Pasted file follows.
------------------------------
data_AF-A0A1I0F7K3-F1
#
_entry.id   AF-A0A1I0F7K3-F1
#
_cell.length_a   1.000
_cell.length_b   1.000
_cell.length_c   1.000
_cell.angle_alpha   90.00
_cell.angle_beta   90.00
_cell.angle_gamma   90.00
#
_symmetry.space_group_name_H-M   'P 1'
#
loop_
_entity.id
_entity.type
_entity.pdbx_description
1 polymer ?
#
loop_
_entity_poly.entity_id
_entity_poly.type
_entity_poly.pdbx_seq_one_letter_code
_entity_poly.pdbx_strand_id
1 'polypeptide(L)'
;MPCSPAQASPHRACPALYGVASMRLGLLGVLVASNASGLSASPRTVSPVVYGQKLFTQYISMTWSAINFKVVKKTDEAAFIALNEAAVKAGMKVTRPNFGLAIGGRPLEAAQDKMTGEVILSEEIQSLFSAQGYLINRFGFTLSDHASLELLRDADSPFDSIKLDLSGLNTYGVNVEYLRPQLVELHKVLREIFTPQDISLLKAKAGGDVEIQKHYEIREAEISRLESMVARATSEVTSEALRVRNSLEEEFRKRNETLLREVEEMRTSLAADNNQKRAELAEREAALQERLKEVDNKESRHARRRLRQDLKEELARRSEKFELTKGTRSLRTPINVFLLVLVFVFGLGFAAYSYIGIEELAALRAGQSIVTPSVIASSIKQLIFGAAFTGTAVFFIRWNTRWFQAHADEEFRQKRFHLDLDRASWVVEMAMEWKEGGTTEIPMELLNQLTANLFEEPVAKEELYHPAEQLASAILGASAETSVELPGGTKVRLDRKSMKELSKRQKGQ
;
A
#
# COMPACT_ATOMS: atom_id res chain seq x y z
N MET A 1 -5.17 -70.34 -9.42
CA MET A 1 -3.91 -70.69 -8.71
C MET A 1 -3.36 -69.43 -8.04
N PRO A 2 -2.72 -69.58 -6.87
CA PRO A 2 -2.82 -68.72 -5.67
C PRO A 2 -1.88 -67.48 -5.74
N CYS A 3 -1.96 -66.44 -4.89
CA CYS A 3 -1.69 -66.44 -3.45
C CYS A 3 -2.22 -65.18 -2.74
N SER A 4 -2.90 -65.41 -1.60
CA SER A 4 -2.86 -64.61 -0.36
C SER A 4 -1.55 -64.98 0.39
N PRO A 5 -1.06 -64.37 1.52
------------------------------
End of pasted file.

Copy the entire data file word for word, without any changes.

data_AF-A0A1I0F7K3-F1
#
_entry.id   AF-A0A1I0F7K3-F1
#
_cell.length_a   1.000
_cell.length_b   1.000
_cell.length_c   1.000
_cell.angle_alpha   90.00
_cell.angle_beta   90.00
_cell.angle_gamma   90.00
#
_symmetry.space_group_name_H-M   'P 1'
#
loop_
_entity.id
_entity.type
_entity.pdbx_description
1 polymer ?
#
loop_
_entity_poly.entity_id
_entity_poly.type
_entity_poly.pdbx_seq_one_letter_code
_entity_poly.pdbx_strand_id
1 'polypeptide(L)'
;MPCSPAQASPHRACPALYGVASMRLGLLGVLVASNASGLSASPRTVSPVVYGQKLFTQYISMTWSAINFKVVKKTDEAAFIALNEAAVKAGMKVTRPNFGLAIGGRPLEAAQDKMTGEVILSEEIQSLFSAQGYLINRFGFTLSDHASLELLRDADSPFDSIKLDLSGLNTYGVNVEYLRPQLVELHKVLREIFTPQDISLLKAKAGGDVEIQKHYEIREAEISRLESMVARATSEVTSEALRVRNSLEEEFRKRNETLLREVEEMRTSLAADNNQKRAELAEREAALQERLKEVDNKESRHARRRLRQDLKEELARRSEKFELTKGTRSLRTPINVFLLVLVFVFGLGFAAYSYIGIEELAALRAGQSIVTPSVIASSIKQLIFGAAFTGTAVFFIRWNTRWFQAHADEEFRQKRFHLDLDRASWVVEMAMEWKEGGTTEIPMELLNQLTANLFEEPVAKEELYHPAEQLASAILGASAETSVELPGGTKVRLDRKSMKELSKRQKGQ
;
A
#
# COMPACT_ATOMS: atom_id res chain seq x y z
N MET A 1 -5.17 -70.34 -9.42
CA MET A 1 -3.91 -70.69 -8.71
C MET A 1 -3.36 -69.43 -8.04
N PRO A 2 -2.72 -69.58 -6.87
CA PRO A 2 -2.82 -68.72 -5.67
C PRO A 2 -1.88 -67.48 -5.74
N CYS A 3 -1.96 -66.44 -4.89
CA CYS A 3 -1.69 -66.44 -3.45
C CYS A 3 -2.22 -65.18 -2.74
N SER A 4 -2.90 -65.41 -1.60
CA SER A 4 -2.86 -64.61 -0.36
C SER A 4 -1.55 -64.98 0.39
N PRO A 5 -1.06 -64.37 1.52